Ghazal 224, Verse 2x

{224,2x}

jam((iiyat-e aavaaragii-e diid nah puuchho
dil taa mizhah aa;Gosh-e vidaa((-e na:zar aave

1) the collection/collectedness of the wandering of vision-- don't ask!
2) from the heart to the eyelashes would come the 'embrace of leavetaking' of the sight/gaze

Notes:

jamii((yat : 'A collection, assemblage, band, party ... — collectedness, composure, tranquillity, peace (of mind); wealth, affluence; recollection, reflection'. (Platts p.389)

 

diid : 'Seeing, sight, vision'. (Platts p.556)

Gyan Chand:

aavaaragii-e diid = for the vision to wander in every direction. aa;Gosh-e vid((aa = at the time of taking leave of someone, to embrace them.

The poet has presented this [previously] untouched idea: that for vision, before casting a glance/gaze, within the body a farewell is made to the sight. The space from the heart to the eyelashes is a single 'embrace of leavetaking'.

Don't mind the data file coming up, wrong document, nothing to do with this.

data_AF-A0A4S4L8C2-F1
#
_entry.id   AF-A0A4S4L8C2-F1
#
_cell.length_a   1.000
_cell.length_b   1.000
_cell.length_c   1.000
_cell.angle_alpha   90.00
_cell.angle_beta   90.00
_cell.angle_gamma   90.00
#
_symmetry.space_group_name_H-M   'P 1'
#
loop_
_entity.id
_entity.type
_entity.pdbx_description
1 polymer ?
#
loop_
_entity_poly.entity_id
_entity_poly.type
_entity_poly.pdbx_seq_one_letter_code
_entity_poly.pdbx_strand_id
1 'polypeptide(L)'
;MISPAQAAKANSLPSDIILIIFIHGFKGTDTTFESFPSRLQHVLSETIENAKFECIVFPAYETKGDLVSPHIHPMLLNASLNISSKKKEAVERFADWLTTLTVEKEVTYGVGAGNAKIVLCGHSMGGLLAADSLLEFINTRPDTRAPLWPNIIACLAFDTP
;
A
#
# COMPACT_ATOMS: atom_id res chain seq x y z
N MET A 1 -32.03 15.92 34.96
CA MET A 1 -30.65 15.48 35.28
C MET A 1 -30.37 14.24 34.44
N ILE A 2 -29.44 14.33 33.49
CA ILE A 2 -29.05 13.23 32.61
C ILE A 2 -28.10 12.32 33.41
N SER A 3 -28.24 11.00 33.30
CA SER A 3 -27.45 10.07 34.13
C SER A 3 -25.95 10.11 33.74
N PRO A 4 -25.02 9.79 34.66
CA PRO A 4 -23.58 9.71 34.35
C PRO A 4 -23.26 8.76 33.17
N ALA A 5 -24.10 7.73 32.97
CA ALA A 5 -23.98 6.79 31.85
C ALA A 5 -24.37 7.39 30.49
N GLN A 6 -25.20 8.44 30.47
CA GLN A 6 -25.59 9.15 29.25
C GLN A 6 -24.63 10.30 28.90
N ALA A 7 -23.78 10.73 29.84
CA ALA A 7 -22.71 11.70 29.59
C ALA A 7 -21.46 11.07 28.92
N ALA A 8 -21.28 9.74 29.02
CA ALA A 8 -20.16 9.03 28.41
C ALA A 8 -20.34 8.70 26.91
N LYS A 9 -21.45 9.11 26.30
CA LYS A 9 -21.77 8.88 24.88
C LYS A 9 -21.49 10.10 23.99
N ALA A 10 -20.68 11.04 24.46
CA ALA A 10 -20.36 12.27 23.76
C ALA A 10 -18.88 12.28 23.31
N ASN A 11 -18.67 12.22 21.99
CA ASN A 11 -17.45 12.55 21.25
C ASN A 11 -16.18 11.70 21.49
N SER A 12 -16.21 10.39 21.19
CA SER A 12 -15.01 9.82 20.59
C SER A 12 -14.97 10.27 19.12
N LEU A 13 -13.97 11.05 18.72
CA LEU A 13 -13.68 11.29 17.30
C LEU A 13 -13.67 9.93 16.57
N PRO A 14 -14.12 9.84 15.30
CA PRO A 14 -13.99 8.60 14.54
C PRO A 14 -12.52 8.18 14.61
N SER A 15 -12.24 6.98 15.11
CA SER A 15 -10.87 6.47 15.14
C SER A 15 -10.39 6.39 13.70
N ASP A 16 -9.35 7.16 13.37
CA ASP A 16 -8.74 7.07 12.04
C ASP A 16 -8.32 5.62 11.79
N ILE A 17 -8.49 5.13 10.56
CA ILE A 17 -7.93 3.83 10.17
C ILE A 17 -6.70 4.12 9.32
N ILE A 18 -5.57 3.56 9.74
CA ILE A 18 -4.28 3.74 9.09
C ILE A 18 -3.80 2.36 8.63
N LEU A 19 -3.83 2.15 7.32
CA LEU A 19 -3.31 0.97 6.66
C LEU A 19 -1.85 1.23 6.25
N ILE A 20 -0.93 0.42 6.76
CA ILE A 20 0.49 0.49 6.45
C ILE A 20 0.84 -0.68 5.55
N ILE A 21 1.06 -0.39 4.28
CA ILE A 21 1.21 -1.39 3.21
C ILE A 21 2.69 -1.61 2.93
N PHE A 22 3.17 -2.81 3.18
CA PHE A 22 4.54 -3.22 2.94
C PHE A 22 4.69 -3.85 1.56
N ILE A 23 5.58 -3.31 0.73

== Gyan Chand, p. 480

FWP:

SETS == INEXPRESSIBILITY
GAZE: {10,12}

For background see S. R. Faruqi's choices. This verse is NOT one of his choices; I thought it was interesting and have added it myself. For more on Ghalib's unpublished verses, see the discussion in {4,8x}.

The first line offers the lovely wordplay (and meaning-play) between 'collection/collectedness' and 'wandering'. Then the second line knits them together in the 'embrace of leave-taking'; for more on this paradoxical-seeming image see {57,6}. The progression 'from heart to eyelashes' not only makes a space for the embrace, as Gyan Chand notes, but also makes it clear that the looks or glances start from the heart, traveling then to the eyes from which they emerge and 'wander'.

Thus the verse embraces what has been called the 'emission theory' of sight: the early Greek belief that vision was accomplished through rays emitted by the eyes. This theory was adopted by Plato, but rejected by Aristotle; it has long been discredited, but the idea of 'eye beams' has been useful to many poets. In this verse Ghalib joins their ranks. (And perhaps the beloved's deadly gaze, as in {210,6}, should also be considered a special kind of 'eye beam'.)